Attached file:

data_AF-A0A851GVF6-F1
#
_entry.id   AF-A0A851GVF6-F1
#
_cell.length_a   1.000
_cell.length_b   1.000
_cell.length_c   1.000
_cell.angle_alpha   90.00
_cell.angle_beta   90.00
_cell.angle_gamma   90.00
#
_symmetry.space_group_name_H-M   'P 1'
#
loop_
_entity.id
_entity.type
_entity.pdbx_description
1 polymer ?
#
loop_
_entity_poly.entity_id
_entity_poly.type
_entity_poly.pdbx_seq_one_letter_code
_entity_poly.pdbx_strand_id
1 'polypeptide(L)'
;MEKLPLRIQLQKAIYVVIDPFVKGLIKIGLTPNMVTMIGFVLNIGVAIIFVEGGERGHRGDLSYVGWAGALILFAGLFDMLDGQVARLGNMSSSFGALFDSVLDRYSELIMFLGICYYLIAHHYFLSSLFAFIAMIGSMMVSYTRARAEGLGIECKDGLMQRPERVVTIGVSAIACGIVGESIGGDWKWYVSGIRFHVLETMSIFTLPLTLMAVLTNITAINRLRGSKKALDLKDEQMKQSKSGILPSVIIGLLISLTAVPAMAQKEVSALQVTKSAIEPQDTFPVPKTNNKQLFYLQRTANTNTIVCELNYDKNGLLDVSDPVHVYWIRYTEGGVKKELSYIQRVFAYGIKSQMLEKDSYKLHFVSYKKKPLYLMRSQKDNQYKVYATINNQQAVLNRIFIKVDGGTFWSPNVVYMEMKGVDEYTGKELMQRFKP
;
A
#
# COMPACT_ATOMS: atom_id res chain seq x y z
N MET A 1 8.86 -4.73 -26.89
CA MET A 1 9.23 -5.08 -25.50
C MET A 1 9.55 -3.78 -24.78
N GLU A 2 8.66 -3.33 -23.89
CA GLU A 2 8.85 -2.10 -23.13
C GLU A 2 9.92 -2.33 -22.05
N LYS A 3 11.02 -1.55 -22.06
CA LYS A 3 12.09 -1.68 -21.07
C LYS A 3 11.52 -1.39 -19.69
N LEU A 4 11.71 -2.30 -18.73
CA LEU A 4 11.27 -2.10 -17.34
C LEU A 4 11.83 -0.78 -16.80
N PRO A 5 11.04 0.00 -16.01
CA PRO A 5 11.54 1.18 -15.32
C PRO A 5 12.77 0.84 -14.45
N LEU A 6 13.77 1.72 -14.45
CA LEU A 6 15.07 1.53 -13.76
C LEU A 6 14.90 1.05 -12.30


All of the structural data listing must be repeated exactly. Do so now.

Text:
data_AF-A0A851GVF6-F1
#
_entry.id   AF-A0A851GVF6-F1
#
_cell.length_a   1.000
_cell.length_b   1.000
_cell.length_c   1.000
_cell.angle_alpha   90.00
_cell.angle_beta   90.00
_cell.angle_gamma   90.00
#
_symmetry.space_group_name_H-M   'P 1'
#
loop_
_entity.id
_entity.type
_entity.pdbx_description
1 polymer ?
#
loop_
_entity_poly.entity_id
_entity_poly.type
_entity_poly.pdbx_seq_one_letter_code
_entity_poly.pdbx_strand_id
1 'polypeptide(L)'
;MEKLPLRIQLQKAIYVVIDPFVKGLIKIGLTPNMVTMIGFVLNIGVAIIFVEGGERGHRGDLSYVGWAGALILFAGLFDMLDGQVARLGNMSSSFGALFDSVLDRYSELIMFLGICYYLIAHHYFLSSLFAFIAMIGSMMVSYTRARAEGLGIECKDGLMQRPERVVTIGVSAIACGIVGESIGGDWKWYVSGIRFHVLETMSIFTLPLTLMAVLTNITAINRLRGSKKALDLKDEQMKQSKSGILPSVIIGLLISLTAVPAMAQKEVSALQVTKSAIEPQDTFPVPKTNNKQLFYLQRTANTNTIVCELNYDKNGLLDVSDPVHVYWIRYTEGGVKKELSYIQRVFAYGIKSQMLEKDSYKLHFVSYKKKPLYLMRSQKDNQYKVYATINNQQAVLNRIFIKVDGGTFWSPNVVYMEMKGVDEYTGKELMQRFKP
;
A
#
# COMPACT_ATOMS: atom_id res chain seq x y z
N MET A 1 8.86 -4.73 -26.89
CA MET A 1 9.23 -5.08 -25.50
C MET A 1 9.55 -3.78 -24.78
N GLU A 2 8.66 -3.33 -23.89
CA GLU A 2 8.85 -2.10 -23.13
C GLU A 2 9.92 -2.33 -22.05
N LYS A 3 11.02 -1.55 -22.06
CA LYS A 3 12.09 -1.68 -21.07
C LYS A 3 11.52 -1.39 -19.69
N LEU A 4 11.71 -2.30 -18.73
CA LEU A 4 11.27 -2.10 -17.34
C LEU A 4 11.83 -0.78 -16.80
N PRO A 5 11.04 0.00 -16.01
CA PRO A 5 11.54 1.18 -15.32
C PRO A 5 12.77 0.84 -14.45
N LEU A 6 13.77 1.72 -14.45
CA LEU A 6 15.07 1.53 -13.76
C LEU A 6 14.90 1.05 -12.30